Prime Minister Stephen Harper helps pull up a diver in Allen Bay Wednesday August 25, 2010 in Resolute, Nunavut.Rangers, Coast Guard and Canadian Forces participated in a mock oil spill during Operation Nanook.
Credits: ANDRE FORGET/QMI AGENCY
"We're spending a great deal of time and effort and putting resources into protecting our sovereignty in the North," said MacKay on Wednesday.
Included in Canada's $33-billion shipbuilding program is a fleet of new Arctic patrol ships.
That's still far smaller than the Russian program announced earlier this month that will include 16 new nuclear submarines.
MacKay insists Canada is no slouch in the Arctic.
"We're very cognizant of the importance and the role of the Canadian Forces in protecting Canadian sovereignty," he said. "That's against any real or perceived threats."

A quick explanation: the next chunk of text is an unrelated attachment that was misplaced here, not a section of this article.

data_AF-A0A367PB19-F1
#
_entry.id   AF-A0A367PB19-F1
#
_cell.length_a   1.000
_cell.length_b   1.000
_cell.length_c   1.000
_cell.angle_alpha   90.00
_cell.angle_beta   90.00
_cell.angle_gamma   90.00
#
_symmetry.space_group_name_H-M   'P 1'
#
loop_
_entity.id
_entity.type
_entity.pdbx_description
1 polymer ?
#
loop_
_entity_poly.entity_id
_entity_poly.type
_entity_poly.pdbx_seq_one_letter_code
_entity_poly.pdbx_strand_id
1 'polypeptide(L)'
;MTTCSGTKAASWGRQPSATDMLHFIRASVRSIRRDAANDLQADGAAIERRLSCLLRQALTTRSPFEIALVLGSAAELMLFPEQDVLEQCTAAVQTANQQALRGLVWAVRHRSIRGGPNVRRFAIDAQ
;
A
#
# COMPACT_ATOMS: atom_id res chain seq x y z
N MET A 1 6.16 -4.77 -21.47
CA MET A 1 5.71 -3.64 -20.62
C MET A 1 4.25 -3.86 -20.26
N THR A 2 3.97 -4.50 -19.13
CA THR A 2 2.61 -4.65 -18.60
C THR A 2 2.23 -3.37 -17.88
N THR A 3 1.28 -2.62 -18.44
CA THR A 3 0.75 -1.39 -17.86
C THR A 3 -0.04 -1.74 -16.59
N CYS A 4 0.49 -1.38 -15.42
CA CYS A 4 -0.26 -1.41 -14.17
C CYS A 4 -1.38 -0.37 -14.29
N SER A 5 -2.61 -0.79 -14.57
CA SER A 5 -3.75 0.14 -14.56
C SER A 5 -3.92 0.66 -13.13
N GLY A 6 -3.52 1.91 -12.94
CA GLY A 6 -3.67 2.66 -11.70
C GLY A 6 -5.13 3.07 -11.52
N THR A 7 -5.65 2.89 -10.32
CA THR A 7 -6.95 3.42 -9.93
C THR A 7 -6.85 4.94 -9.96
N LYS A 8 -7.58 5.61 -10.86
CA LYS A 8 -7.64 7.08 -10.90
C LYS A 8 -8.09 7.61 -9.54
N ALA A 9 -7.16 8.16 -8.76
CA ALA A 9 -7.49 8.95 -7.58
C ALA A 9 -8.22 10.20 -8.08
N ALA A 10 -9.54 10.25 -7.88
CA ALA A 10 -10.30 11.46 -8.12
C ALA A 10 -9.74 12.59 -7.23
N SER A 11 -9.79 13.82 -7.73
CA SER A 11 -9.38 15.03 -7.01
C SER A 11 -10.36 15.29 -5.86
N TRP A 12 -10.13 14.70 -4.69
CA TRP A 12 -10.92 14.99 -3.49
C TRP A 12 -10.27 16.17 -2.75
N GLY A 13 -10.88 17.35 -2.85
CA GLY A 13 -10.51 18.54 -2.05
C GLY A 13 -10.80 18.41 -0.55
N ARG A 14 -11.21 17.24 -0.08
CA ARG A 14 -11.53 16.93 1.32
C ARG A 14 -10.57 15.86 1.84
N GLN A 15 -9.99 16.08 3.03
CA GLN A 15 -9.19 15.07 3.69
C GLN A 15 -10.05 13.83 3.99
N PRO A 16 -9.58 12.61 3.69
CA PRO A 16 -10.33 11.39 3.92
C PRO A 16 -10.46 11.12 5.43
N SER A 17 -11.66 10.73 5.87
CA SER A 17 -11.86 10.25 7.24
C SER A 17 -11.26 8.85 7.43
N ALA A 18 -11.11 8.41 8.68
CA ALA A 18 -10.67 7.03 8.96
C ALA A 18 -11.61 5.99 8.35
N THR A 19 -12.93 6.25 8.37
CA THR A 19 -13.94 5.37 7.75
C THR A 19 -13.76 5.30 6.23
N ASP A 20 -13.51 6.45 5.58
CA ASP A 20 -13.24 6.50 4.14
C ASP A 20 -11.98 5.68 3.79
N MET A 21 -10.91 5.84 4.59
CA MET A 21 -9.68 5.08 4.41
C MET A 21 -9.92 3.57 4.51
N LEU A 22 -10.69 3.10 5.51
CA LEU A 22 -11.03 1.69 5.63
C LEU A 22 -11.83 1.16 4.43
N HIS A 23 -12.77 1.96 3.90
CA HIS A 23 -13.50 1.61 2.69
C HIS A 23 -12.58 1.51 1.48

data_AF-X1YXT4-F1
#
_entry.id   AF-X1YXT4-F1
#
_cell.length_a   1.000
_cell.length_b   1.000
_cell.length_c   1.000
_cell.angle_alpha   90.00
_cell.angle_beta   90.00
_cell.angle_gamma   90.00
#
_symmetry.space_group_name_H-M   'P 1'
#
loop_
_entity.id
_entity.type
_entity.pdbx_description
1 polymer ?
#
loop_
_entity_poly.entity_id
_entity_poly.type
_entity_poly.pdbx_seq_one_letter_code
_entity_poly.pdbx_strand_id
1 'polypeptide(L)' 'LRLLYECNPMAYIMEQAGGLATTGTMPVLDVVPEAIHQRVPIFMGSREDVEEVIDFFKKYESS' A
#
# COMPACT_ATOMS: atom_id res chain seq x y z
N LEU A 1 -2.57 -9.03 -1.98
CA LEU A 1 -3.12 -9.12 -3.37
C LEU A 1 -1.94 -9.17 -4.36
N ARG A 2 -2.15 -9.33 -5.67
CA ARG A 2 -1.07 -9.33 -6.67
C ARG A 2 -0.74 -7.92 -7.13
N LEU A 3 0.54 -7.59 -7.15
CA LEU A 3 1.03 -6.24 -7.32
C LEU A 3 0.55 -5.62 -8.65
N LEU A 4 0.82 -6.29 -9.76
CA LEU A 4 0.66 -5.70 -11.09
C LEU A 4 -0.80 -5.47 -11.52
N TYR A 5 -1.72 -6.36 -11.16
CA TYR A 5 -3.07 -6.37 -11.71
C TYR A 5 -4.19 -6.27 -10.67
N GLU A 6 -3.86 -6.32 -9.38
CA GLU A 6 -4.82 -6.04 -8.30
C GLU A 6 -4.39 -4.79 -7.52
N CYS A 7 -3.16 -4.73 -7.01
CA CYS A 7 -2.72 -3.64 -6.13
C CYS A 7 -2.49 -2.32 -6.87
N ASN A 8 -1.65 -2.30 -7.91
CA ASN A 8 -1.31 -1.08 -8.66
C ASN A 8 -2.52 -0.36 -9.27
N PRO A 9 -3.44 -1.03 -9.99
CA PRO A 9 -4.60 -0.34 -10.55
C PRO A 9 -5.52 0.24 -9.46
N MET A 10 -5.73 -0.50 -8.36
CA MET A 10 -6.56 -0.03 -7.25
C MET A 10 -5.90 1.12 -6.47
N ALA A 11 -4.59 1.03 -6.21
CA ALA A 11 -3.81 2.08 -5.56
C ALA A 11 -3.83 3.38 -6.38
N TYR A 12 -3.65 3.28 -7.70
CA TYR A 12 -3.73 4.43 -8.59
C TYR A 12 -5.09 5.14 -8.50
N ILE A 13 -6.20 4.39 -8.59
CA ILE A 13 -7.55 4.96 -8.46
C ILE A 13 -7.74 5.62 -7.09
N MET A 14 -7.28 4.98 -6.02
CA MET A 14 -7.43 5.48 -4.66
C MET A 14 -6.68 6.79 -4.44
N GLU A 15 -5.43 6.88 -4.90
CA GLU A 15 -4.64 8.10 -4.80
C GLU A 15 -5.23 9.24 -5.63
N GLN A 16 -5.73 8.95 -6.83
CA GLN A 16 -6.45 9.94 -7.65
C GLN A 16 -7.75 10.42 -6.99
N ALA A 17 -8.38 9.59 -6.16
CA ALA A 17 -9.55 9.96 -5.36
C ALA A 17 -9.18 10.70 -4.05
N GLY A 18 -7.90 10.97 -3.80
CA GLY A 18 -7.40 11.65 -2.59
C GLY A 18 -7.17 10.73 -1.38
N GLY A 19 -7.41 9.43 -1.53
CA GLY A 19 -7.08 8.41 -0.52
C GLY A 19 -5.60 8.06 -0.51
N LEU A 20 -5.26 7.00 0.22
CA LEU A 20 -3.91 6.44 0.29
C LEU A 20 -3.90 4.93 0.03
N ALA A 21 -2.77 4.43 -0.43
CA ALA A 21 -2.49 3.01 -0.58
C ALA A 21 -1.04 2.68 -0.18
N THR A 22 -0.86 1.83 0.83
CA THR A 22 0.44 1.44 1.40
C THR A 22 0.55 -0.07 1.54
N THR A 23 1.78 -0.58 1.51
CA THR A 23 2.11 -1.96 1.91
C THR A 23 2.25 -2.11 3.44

He said Canada maintains yearly military operations in the region, like Operation Nanook, while "putting down firm and permanent footprints" through a deep-water refuelling station in Nanisivik, Nunavut.
The refuelling station won't be as grand as first planned.
In a bid to save money, the facility will only hold one year's supply of fuel instead of two, will no longer require year-round electricity and will continue to house personnel in trailers instead of permanent buildings.
The Conservatives have made a point of reinforcing Canadian Arctic sovereignty.
Prime Minister Stephen Harper begins his annual tour of the Far North on Monday.